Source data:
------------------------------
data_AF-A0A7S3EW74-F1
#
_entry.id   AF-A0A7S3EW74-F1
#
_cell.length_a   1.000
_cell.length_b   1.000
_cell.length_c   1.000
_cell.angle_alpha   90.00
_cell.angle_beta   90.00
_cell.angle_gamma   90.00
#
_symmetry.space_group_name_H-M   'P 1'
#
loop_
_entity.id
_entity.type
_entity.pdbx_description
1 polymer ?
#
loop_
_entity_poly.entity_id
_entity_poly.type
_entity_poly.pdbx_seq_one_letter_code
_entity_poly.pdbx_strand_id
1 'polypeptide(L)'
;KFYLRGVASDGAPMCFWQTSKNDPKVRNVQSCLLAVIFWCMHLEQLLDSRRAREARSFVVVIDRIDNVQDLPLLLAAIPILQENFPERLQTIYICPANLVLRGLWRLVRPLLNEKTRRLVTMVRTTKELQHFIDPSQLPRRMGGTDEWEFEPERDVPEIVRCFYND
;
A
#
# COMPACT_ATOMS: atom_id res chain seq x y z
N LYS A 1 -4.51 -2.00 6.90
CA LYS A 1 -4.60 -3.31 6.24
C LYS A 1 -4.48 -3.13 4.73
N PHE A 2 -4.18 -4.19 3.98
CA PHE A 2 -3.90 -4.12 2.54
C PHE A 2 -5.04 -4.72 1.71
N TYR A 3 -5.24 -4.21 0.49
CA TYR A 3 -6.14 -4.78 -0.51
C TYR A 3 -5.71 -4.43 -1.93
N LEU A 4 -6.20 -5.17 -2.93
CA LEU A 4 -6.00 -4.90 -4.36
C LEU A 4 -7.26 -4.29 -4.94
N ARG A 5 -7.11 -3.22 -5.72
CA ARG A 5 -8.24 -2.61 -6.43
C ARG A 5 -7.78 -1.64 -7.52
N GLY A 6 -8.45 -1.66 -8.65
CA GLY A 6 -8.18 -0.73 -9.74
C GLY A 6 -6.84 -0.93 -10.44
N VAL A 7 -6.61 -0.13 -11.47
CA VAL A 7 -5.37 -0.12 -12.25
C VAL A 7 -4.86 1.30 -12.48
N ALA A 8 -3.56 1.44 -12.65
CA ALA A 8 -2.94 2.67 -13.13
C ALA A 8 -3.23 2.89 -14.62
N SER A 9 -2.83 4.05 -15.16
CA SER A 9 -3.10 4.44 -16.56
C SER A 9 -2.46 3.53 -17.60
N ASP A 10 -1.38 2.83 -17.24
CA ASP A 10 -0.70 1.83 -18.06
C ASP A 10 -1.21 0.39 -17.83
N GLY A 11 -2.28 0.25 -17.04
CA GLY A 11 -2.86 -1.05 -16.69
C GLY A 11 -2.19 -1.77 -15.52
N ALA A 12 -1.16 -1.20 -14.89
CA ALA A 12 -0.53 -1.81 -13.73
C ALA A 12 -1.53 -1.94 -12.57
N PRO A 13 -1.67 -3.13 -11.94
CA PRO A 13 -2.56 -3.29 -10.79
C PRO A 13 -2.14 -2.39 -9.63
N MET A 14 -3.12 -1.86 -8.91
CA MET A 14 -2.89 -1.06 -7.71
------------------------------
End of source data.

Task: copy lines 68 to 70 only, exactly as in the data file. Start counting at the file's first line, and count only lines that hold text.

CA PRO A 13 -2.56 -3.29 -10.79
C PRO A 13 -2.14 -2.39 -9.63
N MET A 14 -3.12 -1.86 -8.91